The term ‘Accused person’ for the purposes of extradition can include a person yet to be charged. Allowance are to be made for foreign systems, and should recognise the purpose of the legislation and includes the desire to interview or where a person is wanted to help with inquiries. Lord Steyn said: ”accused’ in section … Continue reading In Re Ismail (Application For Writ of Habeas Corpus) (On Appeal From A Divisional Court of The Queen’s Bench Division): HL 20 Aug 1998
The council had taken the applicant’s children into care alleging that the mother had harmed them. In the light of the subsequent cases casting doubt on such findings, the mother sought the return of her children. She applied now that the hearings be in public. Held: The applicant and her solicitors had already made significant … Continue reading Kent County Council v The Mother, The Father, B (By Her Children’s Guardian); Re B (A Child) (Disclosure): FD 19 Mar 2004
Land had been used as a park for many years. The council land owner refused to register it as a common, saying that by maintaining the park it had indicated that the use was by consent and licence, and that prescription did not apply. Held: Qualifying user having been found, there was nothing in the … Continue reading Regina v City of Sunderland ex parte Beresford: HL 13 Nov 2003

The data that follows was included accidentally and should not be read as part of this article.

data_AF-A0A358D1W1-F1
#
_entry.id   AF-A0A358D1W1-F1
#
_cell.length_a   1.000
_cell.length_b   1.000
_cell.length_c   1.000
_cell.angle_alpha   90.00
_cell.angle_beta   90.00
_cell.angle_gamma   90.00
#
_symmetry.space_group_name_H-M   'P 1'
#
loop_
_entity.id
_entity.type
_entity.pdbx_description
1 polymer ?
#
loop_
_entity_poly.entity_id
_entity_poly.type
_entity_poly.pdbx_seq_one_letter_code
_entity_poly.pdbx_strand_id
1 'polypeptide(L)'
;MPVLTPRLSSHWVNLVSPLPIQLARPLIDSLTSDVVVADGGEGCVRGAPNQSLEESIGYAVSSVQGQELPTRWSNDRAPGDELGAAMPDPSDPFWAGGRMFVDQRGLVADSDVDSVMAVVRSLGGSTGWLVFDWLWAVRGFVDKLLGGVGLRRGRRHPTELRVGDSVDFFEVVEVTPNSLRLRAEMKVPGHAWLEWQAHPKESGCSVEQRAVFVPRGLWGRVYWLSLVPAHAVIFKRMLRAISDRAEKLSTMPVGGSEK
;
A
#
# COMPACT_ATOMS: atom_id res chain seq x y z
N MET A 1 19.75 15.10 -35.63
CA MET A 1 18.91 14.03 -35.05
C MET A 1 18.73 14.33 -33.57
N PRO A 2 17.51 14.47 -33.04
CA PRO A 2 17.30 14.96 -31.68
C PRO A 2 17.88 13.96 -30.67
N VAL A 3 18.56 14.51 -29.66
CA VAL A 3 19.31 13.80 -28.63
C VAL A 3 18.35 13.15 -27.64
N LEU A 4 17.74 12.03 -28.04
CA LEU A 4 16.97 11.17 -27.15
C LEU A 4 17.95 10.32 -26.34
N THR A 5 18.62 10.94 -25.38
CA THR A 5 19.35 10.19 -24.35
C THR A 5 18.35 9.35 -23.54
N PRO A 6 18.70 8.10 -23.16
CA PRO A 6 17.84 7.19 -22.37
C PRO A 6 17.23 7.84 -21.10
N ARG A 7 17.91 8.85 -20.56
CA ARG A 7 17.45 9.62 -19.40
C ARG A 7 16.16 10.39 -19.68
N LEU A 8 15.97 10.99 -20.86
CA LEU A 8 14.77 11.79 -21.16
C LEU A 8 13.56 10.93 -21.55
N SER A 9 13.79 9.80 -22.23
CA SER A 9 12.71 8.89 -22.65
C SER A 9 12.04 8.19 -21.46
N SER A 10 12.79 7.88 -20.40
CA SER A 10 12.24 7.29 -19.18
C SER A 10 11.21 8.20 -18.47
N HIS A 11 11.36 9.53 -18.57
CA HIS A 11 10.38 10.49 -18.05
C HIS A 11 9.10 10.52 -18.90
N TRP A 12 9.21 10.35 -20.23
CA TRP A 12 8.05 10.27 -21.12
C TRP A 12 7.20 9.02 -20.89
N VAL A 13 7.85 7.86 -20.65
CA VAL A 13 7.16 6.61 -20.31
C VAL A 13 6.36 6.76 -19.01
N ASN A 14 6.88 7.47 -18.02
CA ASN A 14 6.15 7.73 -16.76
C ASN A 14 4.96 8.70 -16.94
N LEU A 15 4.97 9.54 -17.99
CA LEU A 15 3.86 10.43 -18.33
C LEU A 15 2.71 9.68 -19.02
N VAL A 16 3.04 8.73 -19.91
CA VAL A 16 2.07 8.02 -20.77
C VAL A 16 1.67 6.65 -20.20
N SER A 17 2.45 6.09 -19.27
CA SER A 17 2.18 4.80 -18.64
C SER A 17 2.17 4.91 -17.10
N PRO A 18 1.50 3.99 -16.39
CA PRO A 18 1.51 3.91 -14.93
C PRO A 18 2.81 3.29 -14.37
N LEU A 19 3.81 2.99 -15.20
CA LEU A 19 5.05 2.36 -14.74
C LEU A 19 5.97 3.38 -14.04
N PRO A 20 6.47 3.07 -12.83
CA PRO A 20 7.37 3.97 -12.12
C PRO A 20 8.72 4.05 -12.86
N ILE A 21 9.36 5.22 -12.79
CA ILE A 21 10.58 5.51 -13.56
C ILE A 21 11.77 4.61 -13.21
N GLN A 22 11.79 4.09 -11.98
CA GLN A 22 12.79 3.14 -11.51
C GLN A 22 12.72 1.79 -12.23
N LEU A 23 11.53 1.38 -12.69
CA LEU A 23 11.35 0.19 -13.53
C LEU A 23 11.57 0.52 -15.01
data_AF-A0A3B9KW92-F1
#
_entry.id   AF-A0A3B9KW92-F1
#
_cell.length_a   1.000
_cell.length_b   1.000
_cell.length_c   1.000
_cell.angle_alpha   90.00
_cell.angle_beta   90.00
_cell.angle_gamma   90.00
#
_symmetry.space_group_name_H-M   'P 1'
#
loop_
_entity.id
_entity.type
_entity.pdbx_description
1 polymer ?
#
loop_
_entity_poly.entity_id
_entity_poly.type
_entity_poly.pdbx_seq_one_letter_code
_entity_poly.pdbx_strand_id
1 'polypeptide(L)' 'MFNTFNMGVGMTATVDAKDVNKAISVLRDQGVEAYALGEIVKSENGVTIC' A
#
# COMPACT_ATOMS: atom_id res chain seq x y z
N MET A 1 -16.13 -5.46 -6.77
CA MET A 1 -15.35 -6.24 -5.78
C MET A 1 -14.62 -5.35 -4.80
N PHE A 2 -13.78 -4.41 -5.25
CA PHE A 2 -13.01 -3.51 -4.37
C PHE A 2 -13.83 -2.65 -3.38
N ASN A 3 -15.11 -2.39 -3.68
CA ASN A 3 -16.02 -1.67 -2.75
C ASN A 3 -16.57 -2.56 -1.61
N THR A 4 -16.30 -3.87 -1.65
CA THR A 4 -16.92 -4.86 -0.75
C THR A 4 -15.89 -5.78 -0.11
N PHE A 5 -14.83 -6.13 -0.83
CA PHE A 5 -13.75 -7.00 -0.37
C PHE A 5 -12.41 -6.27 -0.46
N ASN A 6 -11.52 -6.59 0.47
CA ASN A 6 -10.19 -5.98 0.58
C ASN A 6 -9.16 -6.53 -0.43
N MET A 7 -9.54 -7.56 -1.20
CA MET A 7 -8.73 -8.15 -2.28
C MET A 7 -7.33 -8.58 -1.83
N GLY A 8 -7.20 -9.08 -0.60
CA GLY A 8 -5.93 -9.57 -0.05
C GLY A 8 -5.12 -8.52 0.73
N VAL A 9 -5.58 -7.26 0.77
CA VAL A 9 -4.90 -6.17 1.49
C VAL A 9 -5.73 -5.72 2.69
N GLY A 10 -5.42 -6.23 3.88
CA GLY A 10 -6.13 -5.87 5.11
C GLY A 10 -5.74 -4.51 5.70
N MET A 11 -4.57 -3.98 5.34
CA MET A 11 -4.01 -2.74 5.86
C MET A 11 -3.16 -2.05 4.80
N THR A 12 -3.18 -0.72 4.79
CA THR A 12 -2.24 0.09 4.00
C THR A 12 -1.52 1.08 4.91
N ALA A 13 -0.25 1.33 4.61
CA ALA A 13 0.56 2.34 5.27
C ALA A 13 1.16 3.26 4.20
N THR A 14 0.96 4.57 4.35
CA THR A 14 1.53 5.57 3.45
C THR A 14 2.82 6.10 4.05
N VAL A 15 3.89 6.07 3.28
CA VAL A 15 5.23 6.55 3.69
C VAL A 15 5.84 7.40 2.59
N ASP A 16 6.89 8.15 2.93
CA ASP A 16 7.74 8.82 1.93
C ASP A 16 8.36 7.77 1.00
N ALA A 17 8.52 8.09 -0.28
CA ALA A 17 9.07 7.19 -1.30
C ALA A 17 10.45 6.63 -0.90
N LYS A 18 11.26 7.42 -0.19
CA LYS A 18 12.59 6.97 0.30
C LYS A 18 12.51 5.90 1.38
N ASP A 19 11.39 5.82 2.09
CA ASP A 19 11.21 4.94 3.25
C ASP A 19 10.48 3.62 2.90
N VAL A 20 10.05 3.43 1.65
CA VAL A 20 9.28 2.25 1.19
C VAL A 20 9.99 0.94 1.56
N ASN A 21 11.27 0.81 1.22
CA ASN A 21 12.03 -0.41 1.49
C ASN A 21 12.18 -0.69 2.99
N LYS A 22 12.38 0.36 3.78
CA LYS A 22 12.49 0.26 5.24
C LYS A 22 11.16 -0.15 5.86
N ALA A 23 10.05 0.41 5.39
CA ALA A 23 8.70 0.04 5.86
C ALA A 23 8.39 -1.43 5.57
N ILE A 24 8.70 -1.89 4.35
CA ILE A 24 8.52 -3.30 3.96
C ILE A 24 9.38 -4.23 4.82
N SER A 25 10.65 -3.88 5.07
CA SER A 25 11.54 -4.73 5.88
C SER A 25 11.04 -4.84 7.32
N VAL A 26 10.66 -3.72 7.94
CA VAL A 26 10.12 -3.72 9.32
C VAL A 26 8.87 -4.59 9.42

The Court was asked as to the registration of a playing field as a ‘town or village green’. Local residents asserted that their use of the land, having been ‘as of right’ required the registration. They now appealed against rejection of that argument. Held: The basic issues was ‘where land is provided and maintained by … Continue reading Barkas, Regina (on The Application of ) v North Yorkshire County Council and Another: SC 6 Mar 2014
The Board declared firmly that the earlier decisions had put an end to the doctrine that a colonial legislature is a delegate of the Imperial legislature. Citations: (1885) 10 App Cas 282 Cited by: Cited – Jackson and others v Attorney General HL 13-Oct-2005 The applicant sought to challenge the 2004 Hunting Act, saying that … Continue reading Powell v Apollo Candle Co Ltd: PC 1885
(Committee of Privileges of the House of Lords) Viscountess Rhondda asserted a right to sit in the House of Lords as a member, relying on the 1919 Act. Held: It is incorrect for a court to draw conclusions from such elements of the Parliamentary history of the legislation as the proposal and rejection of amendments. … Continue reading Viscountess Rhondda’s Claim: HL 1922
A case was brought to challenge legislation which introduced the community charge in Scotland before it was introduced in England. Held: The First Division of the Court of Session reserved its position on the effect of the Treaty of Union. Citations: 1991 SLT 330 Cited by: Cited – Jackson and others v Attorney General HL … Continue reading Pringle, Petitioner: 1991
(High Court of Australia) An Act was proposed to be introduced by the legislature to amend the constitution of New South Wales by abolishing the Legislative Council. There would be required first a vote in favour of that in a referendum. The proposed Act was to be passed under a procedure in s.5B of the … Continue reading Clayton v Heffron: 15 Dec 1960